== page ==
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“People are nervous” - Norwich man in Florida prepares for arrival of Hurricane Irma

PUBLISHED: 09:10 09 September 2017 | UPDATED: 12:42 09 September 2017

Samuel and Meredith Hustler are preparing for Hurricane Irma to hit in Wellington, Florida. Picture: Samuel Hustler

Samuel and Meredith Hustler are preparing for Hurricane Irma to hit in Wellington, Florida. Picture: Samuel Hustler

Archant

As Hurricane Irma tears its way towards the mainland of the United States, one former Norwich man near Palm Beach in Florida admitted “we are very nervous today”.

On 7 September in Haiti, children and women wade through a street in Hinche as Hurricane Irma approaches. Picture: UNICEFOn 7 September in Haiti, children and women wade through a street in Hinche as Hurricane Irma approaches. Picture: UNICEF

While much of his neighbourhood has been evacuated, 32-year-old Samuel Hustler is staying in Wellington with wife Meredith, 30, who is a vet at the nearby Palm Beach Equine Clinic and wants to ensure the 12 horses in their care are safe.

It will be the first time Mr Hustler has lived through a hurricane, and he said the time for escaping the path of the storm is now gone as they stand directly in Irma’s path.

“We are far enough away from the coast to avoid flooding or storm surge but the wind is our main concern,” he said. “Today the police have been going around with loudspeakers on their vehicles doing an evacuation and are recommending anyone who lives near the ocean should leave.

“My wife is a vet for horses and works for Palm Beach Equine Clinic, and they are full of horses right now. She wants to be within distance of the clinic. They have 22 horses which are all going to stay throughout the storm.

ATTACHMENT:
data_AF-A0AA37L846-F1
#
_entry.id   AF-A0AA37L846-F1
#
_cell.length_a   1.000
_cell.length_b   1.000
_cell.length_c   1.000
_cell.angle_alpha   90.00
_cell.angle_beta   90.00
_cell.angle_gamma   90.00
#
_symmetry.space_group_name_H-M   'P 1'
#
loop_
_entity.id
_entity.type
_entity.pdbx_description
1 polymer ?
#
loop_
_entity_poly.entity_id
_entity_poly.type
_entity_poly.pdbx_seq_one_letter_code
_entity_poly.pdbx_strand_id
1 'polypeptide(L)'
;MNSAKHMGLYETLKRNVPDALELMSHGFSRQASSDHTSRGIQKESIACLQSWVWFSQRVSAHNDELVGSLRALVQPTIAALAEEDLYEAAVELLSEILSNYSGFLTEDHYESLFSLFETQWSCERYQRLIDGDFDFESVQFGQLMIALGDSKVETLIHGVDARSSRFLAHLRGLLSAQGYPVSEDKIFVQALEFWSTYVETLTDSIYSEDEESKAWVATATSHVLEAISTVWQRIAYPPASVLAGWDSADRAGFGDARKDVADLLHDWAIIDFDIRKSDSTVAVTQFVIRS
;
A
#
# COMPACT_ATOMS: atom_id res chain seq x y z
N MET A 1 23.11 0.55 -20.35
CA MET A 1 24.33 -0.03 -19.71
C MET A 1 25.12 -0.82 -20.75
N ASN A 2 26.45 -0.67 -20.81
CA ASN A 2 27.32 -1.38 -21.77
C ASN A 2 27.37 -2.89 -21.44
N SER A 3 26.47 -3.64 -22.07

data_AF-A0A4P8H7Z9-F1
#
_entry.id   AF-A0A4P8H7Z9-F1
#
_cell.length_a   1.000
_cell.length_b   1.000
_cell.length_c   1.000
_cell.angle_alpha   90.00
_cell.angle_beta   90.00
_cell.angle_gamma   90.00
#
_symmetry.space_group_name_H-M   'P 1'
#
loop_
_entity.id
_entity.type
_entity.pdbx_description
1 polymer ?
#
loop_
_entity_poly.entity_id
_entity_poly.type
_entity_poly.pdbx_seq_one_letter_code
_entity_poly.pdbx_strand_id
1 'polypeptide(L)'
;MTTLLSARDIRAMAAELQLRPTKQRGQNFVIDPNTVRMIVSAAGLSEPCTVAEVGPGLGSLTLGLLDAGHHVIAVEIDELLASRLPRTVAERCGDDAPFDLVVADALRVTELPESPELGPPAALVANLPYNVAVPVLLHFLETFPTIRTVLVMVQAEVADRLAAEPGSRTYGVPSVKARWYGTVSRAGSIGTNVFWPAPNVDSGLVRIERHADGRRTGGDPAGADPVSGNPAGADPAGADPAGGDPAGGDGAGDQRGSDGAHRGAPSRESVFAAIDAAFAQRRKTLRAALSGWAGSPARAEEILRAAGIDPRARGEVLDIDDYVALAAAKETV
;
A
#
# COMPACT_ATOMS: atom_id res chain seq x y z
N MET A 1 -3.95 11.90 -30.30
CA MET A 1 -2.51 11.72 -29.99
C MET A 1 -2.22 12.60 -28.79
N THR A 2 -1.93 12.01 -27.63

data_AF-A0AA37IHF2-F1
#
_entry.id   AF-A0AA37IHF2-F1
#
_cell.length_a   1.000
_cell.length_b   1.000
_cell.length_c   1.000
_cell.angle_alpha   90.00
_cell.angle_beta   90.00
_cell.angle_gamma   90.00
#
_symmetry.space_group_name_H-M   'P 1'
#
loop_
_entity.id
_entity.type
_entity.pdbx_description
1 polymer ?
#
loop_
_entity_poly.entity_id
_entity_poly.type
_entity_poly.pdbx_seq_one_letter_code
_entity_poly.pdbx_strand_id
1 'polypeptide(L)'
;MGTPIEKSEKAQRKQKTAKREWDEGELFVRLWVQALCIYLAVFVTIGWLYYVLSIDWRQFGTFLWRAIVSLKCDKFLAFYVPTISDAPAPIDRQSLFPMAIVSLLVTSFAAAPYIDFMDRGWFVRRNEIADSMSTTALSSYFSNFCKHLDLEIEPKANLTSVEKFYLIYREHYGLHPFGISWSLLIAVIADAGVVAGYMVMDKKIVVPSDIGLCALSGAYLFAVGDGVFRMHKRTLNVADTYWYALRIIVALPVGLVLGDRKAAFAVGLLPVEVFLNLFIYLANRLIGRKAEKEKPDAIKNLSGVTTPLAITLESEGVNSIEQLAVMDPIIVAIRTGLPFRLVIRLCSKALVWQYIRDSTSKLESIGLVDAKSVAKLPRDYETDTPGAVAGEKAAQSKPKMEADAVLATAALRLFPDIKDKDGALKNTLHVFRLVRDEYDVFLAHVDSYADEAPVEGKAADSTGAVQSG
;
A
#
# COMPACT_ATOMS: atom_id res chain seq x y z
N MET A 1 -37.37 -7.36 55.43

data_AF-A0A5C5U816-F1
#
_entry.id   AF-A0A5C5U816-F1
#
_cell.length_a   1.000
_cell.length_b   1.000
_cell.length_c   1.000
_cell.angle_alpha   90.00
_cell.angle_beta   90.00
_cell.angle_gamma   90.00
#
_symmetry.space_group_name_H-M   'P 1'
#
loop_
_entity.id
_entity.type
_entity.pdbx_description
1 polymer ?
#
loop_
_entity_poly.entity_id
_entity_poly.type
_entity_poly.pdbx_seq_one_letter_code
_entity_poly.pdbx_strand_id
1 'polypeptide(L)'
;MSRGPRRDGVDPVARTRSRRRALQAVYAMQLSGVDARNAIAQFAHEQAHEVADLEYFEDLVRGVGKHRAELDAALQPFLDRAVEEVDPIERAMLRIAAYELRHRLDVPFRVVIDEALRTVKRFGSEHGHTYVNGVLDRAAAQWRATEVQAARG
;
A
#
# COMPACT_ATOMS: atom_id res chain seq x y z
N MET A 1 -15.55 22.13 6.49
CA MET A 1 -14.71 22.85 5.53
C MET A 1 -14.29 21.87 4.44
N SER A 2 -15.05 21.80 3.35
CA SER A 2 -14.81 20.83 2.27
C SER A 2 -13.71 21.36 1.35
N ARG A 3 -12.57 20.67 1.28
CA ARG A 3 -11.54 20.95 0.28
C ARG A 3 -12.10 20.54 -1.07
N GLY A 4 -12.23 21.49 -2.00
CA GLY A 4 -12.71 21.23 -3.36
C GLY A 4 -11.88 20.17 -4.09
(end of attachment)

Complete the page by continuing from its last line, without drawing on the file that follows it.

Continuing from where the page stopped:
While roads have been gridlocked, Mr Hustler said there is no point trying to leave.

“We don’t really have an exit any more - with the storm heading straight up the spine of Florida there is nowhere to go,” he said.

“We are very nervous today. There is no possibility the storm will be anything less than a Category Four when it reaches Miami, and that is stronger than I am comfortable with. We have boarded up our windows and got the storm shutters on the back and front. We have done everything we can do.

“A lot of our friends and colleagues have left. We did note most of the people who have left are not Floridians and people who have lived here a long time, particularly those who lived here in 1992 through Hurricane Andrew are staying - and that has given us some comfort.

“People are nervous. Today the roads seemed a lot quieter and there is definitely an air of tension, particularly because we have never been in a hurricane before.

“The worry is this is a bit bigger than people have seen in their lifetime. We are here to help each other out, and we are all just crossing our fingers.”

Winds are expected to reach up to 50mph in Florida on Saturday before the bulk of Hurricane Irma makes landfall early on Sunday morning.

UNICEF has issued an appeal for aid as huge swathes of the Caribbean have been devastated in the storm. To donate visit unicef.uk/edp.

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